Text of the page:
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THE politically correct view of people management is that it is mainly about team spirit and co-operation. Meanwhile, the idea that companies are run as dictatorships seems repellent to decent citizens in the 21st century. A recent book, called Ultrasociety: How 10,000 Years of War Made Humans the Greatest Co-operators on Earth, argues that mankind has advanced thanks to the productivity that comes with elaborate governance institutions and teamwork. The book was self-published by the evolutionary scientist Peter Turchin, who set out to discover why our culture has made mankind so prosperous.

Stephen Pinker makes similar points in The Better Angels of our Nature, where he writes that commerce is one of the five driving forces that have made mankind less violent over the course of history. Commerce is “a positive sum game in which everybody can win; as technological progress allows the exchange of goods and ideas over longer distances and among larger groups of trading partners, other people become more valuable alive than dead”.

Curiously, this belief in collaboration clashes with the rise of individualism at work. According to the magazine Management Today, those born between 1980 and 2000 — the millennials — are more preoccupied with achieving fame, being noticed and working independently than previous generations. This partly explains why so many are choosing entrepreneurship: the self-employed now make up about 15% of the workforce, an all-time high.

David Brooks highlights the issue in his book The Road To Character: “In 1948, psychologists asked more than 10,000 adolescents whether they considered themselves to be a very important person. At that point, 12% said ‘yes’. The same question was asked in 2003, and this time it wasn’t 12% . . . it was 80%.”

I wonder how many millennials subscribe to the late Felix Dennis’s view that “team spirit is for losers, financially speaking. It’s the glue that binds the losers together. It’s the methodology employers use to shackle useful employees to their desk without having to pay them too much.” He goes on, “. . . unless you realise and accept that you cannot be ‘one of the boys’, that you and your bosses are not ‘in this thing together’, that only those who refuse to be conned by the idea of ‘team spirit’ in the workplace can succeed . . . then you will only make other people rich”.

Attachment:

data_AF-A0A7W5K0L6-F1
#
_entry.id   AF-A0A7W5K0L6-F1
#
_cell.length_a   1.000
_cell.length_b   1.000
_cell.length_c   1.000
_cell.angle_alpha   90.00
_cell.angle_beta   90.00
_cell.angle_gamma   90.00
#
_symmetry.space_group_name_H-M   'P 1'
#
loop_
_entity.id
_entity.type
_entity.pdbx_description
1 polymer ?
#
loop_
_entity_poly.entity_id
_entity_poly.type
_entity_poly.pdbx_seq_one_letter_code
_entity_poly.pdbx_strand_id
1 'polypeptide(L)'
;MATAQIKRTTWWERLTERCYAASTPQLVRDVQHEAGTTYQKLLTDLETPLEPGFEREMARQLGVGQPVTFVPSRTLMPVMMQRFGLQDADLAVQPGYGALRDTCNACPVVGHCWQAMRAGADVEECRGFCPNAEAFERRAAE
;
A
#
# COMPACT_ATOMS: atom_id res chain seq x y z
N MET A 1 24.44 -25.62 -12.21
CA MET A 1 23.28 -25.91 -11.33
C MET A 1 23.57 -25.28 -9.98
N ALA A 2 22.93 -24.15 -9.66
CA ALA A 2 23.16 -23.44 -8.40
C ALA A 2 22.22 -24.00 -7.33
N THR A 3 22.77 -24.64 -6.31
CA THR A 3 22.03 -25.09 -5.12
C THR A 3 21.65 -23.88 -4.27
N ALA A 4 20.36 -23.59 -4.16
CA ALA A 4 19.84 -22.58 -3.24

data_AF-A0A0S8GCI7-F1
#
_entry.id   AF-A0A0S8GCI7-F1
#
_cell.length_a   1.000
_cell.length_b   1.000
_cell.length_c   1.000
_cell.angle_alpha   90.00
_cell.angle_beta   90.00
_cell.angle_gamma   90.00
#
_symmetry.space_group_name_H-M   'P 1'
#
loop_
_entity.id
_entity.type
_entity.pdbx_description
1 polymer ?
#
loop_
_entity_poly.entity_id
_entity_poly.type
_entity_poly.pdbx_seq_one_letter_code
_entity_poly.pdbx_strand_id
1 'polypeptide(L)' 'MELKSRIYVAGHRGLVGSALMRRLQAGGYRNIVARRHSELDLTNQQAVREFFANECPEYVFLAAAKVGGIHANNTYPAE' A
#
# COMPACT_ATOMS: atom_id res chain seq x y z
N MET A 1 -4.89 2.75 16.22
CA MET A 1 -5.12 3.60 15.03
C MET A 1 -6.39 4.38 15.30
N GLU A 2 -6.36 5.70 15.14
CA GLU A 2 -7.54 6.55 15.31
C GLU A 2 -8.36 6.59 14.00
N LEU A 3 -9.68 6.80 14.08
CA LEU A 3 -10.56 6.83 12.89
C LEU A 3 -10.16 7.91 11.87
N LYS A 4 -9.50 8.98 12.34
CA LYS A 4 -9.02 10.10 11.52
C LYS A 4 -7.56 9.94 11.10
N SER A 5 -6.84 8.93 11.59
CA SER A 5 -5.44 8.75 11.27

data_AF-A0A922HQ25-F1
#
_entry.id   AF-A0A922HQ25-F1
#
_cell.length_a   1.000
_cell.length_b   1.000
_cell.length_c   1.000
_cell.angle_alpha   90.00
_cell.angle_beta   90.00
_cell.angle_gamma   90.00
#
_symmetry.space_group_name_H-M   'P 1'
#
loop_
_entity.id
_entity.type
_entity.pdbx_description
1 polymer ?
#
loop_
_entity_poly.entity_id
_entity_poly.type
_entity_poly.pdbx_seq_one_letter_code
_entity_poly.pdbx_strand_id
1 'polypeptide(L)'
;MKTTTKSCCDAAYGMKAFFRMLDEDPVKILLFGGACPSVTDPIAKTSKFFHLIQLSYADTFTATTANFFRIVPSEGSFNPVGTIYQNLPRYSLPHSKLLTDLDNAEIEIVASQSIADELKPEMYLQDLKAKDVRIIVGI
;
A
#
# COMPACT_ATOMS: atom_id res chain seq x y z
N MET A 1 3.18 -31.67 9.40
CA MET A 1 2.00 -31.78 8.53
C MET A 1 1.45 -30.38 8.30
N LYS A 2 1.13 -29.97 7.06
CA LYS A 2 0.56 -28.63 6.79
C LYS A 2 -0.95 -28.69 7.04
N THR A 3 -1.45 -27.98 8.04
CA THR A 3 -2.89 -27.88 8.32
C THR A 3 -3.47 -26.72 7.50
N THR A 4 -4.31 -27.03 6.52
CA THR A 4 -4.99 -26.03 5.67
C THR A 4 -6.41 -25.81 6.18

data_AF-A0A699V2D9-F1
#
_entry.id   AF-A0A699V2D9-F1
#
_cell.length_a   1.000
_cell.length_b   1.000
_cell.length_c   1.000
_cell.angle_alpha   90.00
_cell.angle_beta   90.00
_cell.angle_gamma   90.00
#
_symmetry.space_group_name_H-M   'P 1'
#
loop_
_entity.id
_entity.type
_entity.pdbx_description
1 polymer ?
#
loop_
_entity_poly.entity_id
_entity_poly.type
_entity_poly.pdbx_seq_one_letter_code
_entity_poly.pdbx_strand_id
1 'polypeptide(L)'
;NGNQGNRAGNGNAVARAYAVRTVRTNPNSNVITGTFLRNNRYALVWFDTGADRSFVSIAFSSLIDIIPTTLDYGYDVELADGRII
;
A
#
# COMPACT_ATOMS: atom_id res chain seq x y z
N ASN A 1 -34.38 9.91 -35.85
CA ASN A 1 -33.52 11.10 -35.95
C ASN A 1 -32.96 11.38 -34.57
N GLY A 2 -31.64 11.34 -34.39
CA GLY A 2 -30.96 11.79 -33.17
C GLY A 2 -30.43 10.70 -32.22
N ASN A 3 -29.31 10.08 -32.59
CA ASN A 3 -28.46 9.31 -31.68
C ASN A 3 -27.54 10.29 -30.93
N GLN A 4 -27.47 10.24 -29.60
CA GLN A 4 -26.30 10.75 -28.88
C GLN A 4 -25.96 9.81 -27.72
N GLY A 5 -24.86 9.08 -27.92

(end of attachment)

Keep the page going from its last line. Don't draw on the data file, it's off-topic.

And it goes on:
Dennis was the multimillionaire owner of The Week and other magazines: his tough words quoted here come from his insightful book How to get Rich. It is worth reading — he was one of that rare breed, capable of both writing well and making large sums of money. Dennis was also highly eccentric, claiming to have planted a million trees in the Heart of England Forest, as well as being a published poet. But he never married, had no children — and admitted spending $100m on drugs, wine and women.

Perhaps he suffered from loneliness, as do many who rise to the top. It seems it is part of the price you pay for absolute success. Those with the greatest ambition are quite willing to endure such drawbacks in exchange for the rewards — power, status, money and so forth. According to a recent Times/Odgers Berndtson survey entitled Lonely at the Top, a third of FTSE 350 bosses admitted to feeling pressured or lonely because of their workload.

There is usually a defining moment in the formation of any enterprise when the potential spoils are divided and roles assigned. On such occasions, the killer instinct emerges from those who possess it. Hearty team players, who believe in fairness and equality and such good things, tend to lose out in the negotiations. The victors are those who try to seize the lot. Often they do remarkably well, not thanks to hard work or greater intelligence, but because of single-mindedness, sheer selfishness and bravado. They tend to fail in the long run, though, if they do not know how to motivate and inspire others.

Ultimately, none of us wants anarchy, which leads to immiseration. So we accept a system of hierarchy because, as Shakespeare said, “we cannot all be masters”. Some have to lead and some must follow. Thus wealth and power are distributed unequally. Companies run by over-promoted administrators, bureaucrats or committees rarely do well. The truth is that leadership involves taking difficult and unpopular decisions. There are rules, but structures that suffocate leaders who possess flair are destructive, while bosses who seek to be loved too much do not make progress.

And in certain fields, such as the creative industries, it will always be the special individual who matters. As John Steinbeck wrote in East of Eden: “Nothing was ever created by two men. There are no good collaborations . . . Once the miracle of creation has taken place, the group can build and extend it, but the group never invents anything. The preciousness lies in the lonely mind of a man.”

Luke Johnson is chairman of Risk Capital Partners and the Centre for Entrepreneurs.

luke@riskcapitalpartners.co.uk